A rock ’n’ roll remake of Shakespeare’s “Much Ado About Nothing,” with original songs by Billie Joe Armstrong of pop-punk band Green Day and Broadway’s “American Idiot,” will have its world premiere at Yale Repertory Theatre next spring. Adapted by Pulitzer Prize finalist Rolin Jones (“The Intelligent Design of Jenny Chow”) and directed by his fellow Yale School of Drama graduate Jackson Gay, “These Paper Bullets” will turn the tale of two couples in Messina into a tale of four lads from Liverpool, searching for love and trying to record an album. Taking its title from a line spoken by Benedick in “Much Ado,” it will run March 14-April 5, 2014, at the University Theatre.
Also in Yale Rep’s 2013-14 season are Tennessee Williams’s “A Streetcar Named Desire,” directed by Mark Rucker and running Sept. 20-Oct. 12; Caryl Churchill’s “Owners,” directed by Evan Yionoulis, Oct. 25-Nov. 16; Dario Fo’s “Accidental Death of an Anarchist,” directed by Christopher Bayes and featuring Steven Epp, Nov. 30-Dec. 21; Meg Miroshnik’s “The Fairytale Lives of Russian Girls,” Jan. 31-Feb. 22, 2014; and the world premiere of Marcus Gardley’s “The House That Will Not Stand,” directed by Patricia McGregor, April 18-May 10, 2014.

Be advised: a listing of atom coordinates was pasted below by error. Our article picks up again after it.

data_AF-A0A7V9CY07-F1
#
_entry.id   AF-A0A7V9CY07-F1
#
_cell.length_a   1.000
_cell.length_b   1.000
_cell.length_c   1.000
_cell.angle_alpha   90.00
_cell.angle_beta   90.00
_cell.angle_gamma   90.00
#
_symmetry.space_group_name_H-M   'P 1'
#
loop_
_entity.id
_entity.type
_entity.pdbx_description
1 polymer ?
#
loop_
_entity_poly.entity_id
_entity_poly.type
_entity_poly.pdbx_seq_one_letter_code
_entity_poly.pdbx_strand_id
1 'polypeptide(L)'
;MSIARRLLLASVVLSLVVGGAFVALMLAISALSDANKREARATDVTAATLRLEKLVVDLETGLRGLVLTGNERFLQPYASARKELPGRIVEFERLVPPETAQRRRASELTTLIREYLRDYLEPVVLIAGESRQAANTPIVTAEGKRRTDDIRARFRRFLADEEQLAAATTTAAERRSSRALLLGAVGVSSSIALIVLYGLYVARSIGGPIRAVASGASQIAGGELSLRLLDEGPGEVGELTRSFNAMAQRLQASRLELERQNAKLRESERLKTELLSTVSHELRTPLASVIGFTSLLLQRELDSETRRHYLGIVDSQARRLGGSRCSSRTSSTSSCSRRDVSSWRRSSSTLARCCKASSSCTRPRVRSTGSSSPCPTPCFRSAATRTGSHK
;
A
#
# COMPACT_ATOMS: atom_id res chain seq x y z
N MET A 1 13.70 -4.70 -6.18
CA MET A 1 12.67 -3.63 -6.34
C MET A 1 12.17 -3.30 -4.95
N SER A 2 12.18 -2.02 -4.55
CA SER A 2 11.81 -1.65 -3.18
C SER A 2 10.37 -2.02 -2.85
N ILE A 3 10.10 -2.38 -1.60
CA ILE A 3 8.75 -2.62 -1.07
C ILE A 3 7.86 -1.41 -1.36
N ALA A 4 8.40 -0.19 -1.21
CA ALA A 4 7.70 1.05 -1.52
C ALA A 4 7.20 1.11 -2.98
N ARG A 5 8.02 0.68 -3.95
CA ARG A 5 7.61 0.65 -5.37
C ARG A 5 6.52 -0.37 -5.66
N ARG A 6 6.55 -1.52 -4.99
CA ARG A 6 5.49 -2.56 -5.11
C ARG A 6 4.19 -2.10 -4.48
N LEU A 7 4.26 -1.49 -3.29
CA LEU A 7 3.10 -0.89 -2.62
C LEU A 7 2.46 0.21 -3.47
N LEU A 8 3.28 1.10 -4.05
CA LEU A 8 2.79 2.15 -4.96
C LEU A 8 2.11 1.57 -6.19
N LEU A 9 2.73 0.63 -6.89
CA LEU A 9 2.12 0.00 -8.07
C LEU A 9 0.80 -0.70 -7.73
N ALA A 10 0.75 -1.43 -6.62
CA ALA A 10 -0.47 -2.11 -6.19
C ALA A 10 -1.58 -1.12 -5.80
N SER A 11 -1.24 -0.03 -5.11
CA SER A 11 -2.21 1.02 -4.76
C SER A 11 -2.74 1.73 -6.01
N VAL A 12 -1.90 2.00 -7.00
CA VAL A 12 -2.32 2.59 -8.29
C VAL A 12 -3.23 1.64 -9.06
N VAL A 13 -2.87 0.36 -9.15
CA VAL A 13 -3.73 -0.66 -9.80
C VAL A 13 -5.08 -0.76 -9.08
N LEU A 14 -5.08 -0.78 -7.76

In Wellfleet, Harbor Stage Company will open its second summer season with Chekhov’s “The Seagull,” June 20-July 13. The play will be adapted and directed by artistic director Robert Kropf, who did the same for last year’s inaugural production, “Hedda Gabler.” Next up will be the world premiere of “The Billingsgate Project,” July 18-Aug. 10. Written by company member Brenda Withers (“The Ding Dongs, or What Is the Penalty in Portugal?”), it will juxtapose “real episodes from Wellfleet history with issues of contemporary concern” and is planned to coincide with the town’s 250th anniversary celebrations.
The season will close with Sam Shepard’s “Fool for Love,” directed by Jeff Zinn and running Aug. 15-Sept. 7. It will be the fifth Shepard play that Zinn, the former artistic director of Wellfleet Harbor Actors Theater, has staged in the waterfront space, which for more than two decades was WHAT’s home. The other four productions — “A Lie of the Mind,” “Buried Child,” “Simpatico,” and “True West” — were for WHAT.